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Portrait of an extraordinary judge

Justice Dipak Misra brought India’s justice system to the popular imagination

columns Updated: Oct 08, 2018 11:56 IST
Dipak Misra, former Chief Justice of India during the Hindustan Times Leadership Summit, New Delhi, October 5(Sanchit Khanna/HT PHOTO)

Justice Dipak Misra has retired from the highest office in the judiciary. His 13-month tenure as the Chief Justice of India will be remembered for a number of reasons. For the first time in the glorious history of India’s judiciary, the entire justice system became a part of popular discourse.

During this period, a few questions were raised on which analysts were quick to pass judgement. While doing this, they forgot that a person occupying such a post has to be measured on two parameters. First, on the quality of judgments delivered and second, on the person’s administrative capabilities. Along with this, the nation’s political and social milieu should be evaluated with a cool head. Just imagine the kind of allegations which would have been levelled against him had the Ram Janmabhoomi issue not reached the apex court?

Remember this, Justice Misra’s career has been brilliant. As a judge in the High Court and Supreme Court, he adjudicated over hundreds of cases, without being in any controversy, ever. He was always known to be an active jurist who avoided making verbose statements and someone whose verdicts reflected a profound understanding of jurisprudence. People with short memories tend to perceive present-day events as the complete truth. But at times, the past can also help us arrive at the correct path.

Following this old principle, I would like to draw your attention to a case that was heard five years ago. Mumbai blasts accused Yakub Memon had been awarded the death sentence. A section of senior lawyers believed that the verdict needed to be reconsidered. The entire country was looking at the highest court with anticipation. You may recall that the then CJI scheduled the proceedings at his residence. After a night-long hearing, a bench headed by Dipak Misra arrived at a decision that the plea should be rejected. Needless to say, Memon was hanged the same morning. It is true that the petitioners were not satisfied with the verdict and thousands of those who approve of instant justice felt that the Supreme Court had accorded greater attention to the case than required.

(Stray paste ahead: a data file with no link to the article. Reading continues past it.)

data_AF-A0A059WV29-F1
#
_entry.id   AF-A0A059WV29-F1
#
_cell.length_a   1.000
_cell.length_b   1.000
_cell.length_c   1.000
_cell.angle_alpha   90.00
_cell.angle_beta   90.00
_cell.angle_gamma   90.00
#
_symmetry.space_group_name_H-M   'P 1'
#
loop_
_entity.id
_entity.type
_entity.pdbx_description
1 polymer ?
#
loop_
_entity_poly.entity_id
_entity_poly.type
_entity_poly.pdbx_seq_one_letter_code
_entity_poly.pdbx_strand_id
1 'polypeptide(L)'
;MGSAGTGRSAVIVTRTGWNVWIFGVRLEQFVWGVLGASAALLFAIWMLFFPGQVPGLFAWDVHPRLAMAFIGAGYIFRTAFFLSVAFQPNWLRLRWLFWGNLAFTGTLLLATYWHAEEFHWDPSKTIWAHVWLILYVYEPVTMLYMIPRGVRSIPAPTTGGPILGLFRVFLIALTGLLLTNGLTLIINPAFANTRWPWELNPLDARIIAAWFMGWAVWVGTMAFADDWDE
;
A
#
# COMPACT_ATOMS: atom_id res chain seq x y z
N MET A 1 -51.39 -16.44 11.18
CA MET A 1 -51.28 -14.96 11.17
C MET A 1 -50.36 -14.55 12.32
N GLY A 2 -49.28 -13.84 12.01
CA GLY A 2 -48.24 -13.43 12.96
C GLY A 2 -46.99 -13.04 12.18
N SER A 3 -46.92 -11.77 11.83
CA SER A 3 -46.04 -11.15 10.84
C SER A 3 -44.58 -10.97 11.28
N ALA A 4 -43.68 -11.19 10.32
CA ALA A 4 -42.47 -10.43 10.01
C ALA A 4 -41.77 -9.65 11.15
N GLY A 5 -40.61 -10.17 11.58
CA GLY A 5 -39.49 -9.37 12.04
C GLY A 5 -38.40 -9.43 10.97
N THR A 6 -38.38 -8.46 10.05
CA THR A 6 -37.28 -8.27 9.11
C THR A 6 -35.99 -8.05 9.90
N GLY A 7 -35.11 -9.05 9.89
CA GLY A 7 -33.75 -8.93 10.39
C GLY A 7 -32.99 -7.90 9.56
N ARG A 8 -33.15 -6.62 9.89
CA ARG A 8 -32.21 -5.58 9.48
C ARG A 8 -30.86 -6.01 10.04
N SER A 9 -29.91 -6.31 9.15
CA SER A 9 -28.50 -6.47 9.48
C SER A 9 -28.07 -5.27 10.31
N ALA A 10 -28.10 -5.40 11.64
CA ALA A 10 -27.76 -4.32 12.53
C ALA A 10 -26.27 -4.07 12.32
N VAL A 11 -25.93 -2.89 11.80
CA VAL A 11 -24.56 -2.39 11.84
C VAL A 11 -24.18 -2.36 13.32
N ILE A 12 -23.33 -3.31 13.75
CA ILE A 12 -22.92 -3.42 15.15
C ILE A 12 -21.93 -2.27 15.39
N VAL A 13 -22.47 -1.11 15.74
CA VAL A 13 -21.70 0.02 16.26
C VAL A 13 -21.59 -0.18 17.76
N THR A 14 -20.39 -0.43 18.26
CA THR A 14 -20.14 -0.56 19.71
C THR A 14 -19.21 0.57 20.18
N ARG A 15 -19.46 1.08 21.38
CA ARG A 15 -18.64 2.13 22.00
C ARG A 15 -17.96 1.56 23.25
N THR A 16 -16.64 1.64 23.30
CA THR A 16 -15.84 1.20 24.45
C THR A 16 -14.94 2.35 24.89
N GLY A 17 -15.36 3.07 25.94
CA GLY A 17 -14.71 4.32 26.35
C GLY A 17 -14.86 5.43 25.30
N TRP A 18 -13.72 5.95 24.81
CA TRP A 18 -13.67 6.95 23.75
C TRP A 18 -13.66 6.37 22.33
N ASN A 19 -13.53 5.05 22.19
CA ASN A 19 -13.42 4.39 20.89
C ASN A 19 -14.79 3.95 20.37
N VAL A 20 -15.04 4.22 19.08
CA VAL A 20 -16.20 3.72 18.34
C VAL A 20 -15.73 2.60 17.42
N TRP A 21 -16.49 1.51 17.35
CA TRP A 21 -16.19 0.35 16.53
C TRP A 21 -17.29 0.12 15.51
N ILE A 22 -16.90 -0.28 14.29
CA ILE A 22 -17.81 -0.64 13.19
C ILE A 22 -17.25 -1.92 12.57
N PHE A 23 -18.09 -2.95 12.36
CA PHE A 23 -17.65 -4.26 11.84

But Dipak Misra is that kind of person. He doesn’t bother about popularity when it comes to imparting justice. A death sentence is considered rarest of rare. And he accorded this status to the Memon case. That may be why in cases such as Aadhaar or Section 377, more than the popular sentiment, he paid greater attention to human values and the basic spirit of the Constitution. Playing the national anthem in movie halls was another such case. Many people might not have liked it, but should a judge keep in mind people’s fickle sensibilities? If that happens, the entire justice system may become a victim of emotional ups and downs.

Here I would like to bring up a less discussed, but crucial judgment. In September, 2016 he pronounced a verdict that said the police will have to upload every first information report online. Anybody who has borne the brunt of manipulation of FIRs in police stations can understand the significance of this verdict. Now, let us discuss the Ram Janmabhoomi issue. This was the most controversial issue of his tenure. So, questions were bound to be raised. Here I would like to submit that it would have been better had he desisted from making a few comments after the verdict.

As far as his administrative abilities are concerned, two events that took place during his tenure gave the chattering classes an opportunity to hold forth. The press conference held by four senior judges is still fresh in everyone’s memory. Before this, people holding such high office had never aired their grievances in public. Not just this, Justice Misra is the first chief justice of India against whom an impeachment motion was moved in Parliament. Even as Rajya Sabha Chairman Venkaiah Naidu rejected the proposal, a lot of water had flown down the Ganga by then.

Clearly something happened where he could not persuade the government to work in the interests of the judiciary or strike a consensus with his fellow judges. On his farewell, Misra said he would now be able to speak his mind without inhibition. One hopes we will get to know more about what is on his mind in the days to come.

Remember one of the four judges who held the press conference was Justice Ranjan Gogoi, who has now taken over the reins. He has begun his new innings in a unique manner.

All eyes are now on Justice Gogoi.

Shashi Shekhar is editor-in-chief Hindustan

letters@hindustantimes.com

First Published: Oct 08, 2018 11:54 IST